Day 23: Planet B-Boy (2007)


I am beginning to wonder how films actually end up on my Netflix queue. While I openly admit to adding things after watching trailers, talking to friends, or taking Netflix recommendations, I have found a surprising amount of titles that I don’t remember at all. Does a little elf add random movies to my Netflix queue while I sleep? If so, I should find that elf and thank it for adding Planet B-Boy.

 

Planet B-Boy is a documentary following several breakdancing teams as they compete in an international competition held in Germany. Through interviews we learn a bit about the history of this style of dance, as well as the competitors and their families. While the competition hosts teams from several countries, this film focuses on teams from the U.S., Korea, Japan, and France; allowing the audience to understand the art form (and sport) from several cultures’ and peoples’ points of view.

 

There are those who are sure to think, “I know Meg and her dance moves.That girl can move! Don’t some of these breakdances seem to be suspiciously copying her grooves?” To them, I would respond: “no.” Clearly these are not the dance stylings of this reviewer. If I was able to control and move my body with the accuracy and strength of these competitors, I would be dancing everywhere I went– the supermarket, bank, crashing random wedding receptions. Hell, I would do the robot and a headspin just on my way out to the car. These dancers are awesome. Some of their moves are pretty unbelievable and insane, but it makes it so much fun to watch.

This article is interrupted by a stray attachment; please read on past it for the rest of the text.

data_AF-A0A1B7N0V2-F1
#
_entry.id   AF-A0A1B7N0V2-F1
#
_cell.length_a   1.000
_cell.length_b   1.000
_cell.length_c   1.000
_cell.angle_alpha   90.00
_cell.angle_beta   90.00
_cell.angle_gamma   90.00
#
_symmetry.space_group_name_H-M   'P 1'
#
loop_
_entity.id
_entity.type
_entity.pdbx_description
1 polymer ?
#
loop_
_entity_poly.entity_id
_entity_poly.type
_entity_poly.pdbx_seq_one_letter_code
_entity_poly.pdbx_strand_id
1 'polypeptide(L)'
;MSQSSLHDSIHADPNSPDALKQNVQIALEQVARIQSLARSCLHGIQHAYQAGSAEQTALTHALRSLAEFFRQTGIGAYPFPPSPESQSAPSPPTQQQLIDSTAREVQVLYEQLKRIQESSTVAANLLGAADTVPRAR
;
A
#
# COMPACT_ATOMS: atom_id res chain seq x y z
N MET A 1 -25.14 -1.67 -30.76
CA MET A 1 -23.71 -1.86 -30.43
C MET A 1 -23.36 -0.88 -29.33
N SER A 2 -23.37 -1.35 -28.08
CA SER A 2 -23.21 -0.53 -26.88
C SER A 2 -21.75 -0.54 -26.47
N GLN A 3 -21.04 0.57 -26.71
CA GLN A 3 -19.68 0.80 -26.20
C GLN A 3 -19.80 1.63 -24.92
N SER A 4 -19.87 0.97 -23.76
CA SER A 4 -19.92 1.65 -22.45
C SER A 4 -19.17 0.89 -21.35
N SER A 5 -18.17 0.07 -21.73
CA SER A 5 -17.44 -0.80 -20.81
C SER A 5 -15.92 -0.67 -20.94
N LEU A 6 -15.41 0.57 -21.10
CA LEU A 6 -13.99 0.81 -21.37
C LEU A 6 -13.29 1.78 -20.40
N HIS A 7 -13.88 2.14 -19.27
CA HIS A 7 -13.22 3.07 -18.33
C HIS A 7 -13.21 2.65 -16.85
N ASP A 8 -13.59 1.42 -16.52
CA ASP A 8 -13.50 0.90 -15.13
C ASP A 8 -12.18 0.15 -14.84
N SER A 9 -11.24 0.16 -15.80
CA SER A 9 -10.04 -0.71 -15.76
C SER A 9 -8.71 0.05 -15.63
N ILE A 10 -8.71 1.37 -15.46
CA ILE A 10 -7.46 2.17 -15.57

Planet B-Boy has a nice balance between interview and competition footage. I am amazed at what must have gone into making this film as there are a minimum of five languages the director would have to either know or use an interpreter to translate. The movie provides an excellent glimpse at some of the competitors and their backgrounds– causing the audience (well, me and the puppy, in this instance) to become emotionally invested in the outcome. Unlike some contests, where there is clearly someone you root for, and someone you just want to see lose (like in the King of Kong— that film really had a clear “bad” guy), I didn’t know who I wanted to win.

 

For those who are always looking for a way to make everything into a drinking game, I think there may be one in this film. Take a shot every time a member of the French team grabs his crotch. Take two shots if the crotch grabbing dancer is the ten year old. If you play this game, be sure to have a designated driver pre-assigned, because I think the French team may have some underlying issues.

 

I liked this film. I liked its tone and the way it approached the subject matter. I liked the dancers, their lives, and the competition. I liked the dances and the community that evolved up around it. I like that I finally took a chance and watched this film that I knew next to nothing about. And I like that I get to remove a title off my queue.

 

Score: A-

Netflix Watch Instantly Queue: 192 (almost breaking the 190 mark!)


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